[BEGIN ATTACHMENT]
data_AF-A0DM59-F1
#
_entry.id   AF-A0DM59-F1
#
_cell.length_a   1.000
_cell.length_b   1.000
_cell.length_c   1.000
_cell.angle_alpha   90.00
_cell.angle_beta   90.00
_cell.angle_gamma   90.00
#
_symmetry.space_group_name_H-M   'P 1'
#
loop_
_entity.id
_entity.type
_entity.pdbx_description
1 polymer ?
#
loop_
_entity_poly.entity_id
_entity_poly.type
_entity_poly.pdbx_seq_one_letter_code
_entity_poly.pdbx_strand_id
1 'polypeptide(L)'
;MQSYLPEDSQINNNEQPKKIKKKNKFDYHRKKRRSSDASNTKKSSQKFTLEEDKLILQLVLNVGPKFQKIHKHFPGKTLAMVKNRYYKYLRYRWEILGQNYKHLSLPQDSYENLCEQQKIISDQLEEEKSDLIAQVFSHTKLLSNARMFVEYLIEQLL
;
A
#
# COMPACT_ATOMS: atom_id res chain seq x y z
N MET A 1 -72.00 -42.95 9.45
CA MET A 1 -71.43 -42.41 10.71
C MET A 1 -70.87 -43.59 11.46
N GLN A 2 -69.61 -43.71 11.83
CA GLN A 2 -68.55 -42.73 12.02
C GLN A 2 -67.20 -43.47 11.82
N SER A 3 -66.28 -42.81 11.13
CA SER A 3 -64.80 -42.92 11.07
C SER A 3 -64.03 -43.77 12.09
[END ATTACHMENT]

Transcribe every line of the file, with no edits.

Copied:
data_AF-A0DM59-F1
#
_entry.id   AF-A0DM59-F1
#
_cell.length_a   1.000
_cell.length_b   1.000
_cell.length_c   1.000
_cell.angle_alpha   90.00
_cell.angle_beta   90.00
_cell.angle_gamma   90.00
#
_symmetry.space_group_name_H-M   'P 1'
#
loop_
_entity.id
_entity.type
_entity.pdbx_description
1 polymer ?
#
loop_
_entity_poly.entity_id
_entity_poly.type
_entity_poly.pdbx_seq_one_letter_code
_entity_poly.pdbx_strand_id
1 'polypeptide(L)'
;MQSYLPEDSQINNNEQPKKIKKKNKFDYHRKKRRSSDASNTKKSSQKFTLEEDKLILQLVLNVGPKFQKIHKHFPGKTLAMVKNRYYKYLRYRWEILGQNYKHLSLPQDSYENLCEQQKIISDQLEEEKSDLIAQVFSHTKLLSNARMFVEYLIEQLL
;
A
#
# COMPACT_ATOMS: atom_id res chain seq x y z
N MET A 1 -72.00 -42.95 9.45
CA MET A 1 -71.43 -42.41 10.71
C MET A 1 -70.87 -43.59 11.46
N GLN A 2 -69.61 -43.71 11.83
CA GLN A 2 -68.55 -42.73 12.02
C GLN A 2 -67.20 -43.47 11.82
N SER A 3 -66.28 -42.81 11.13
CA SER A 3 -64.80 -42.92 11.07
C SER A 3 -64.03 -43.77 12.09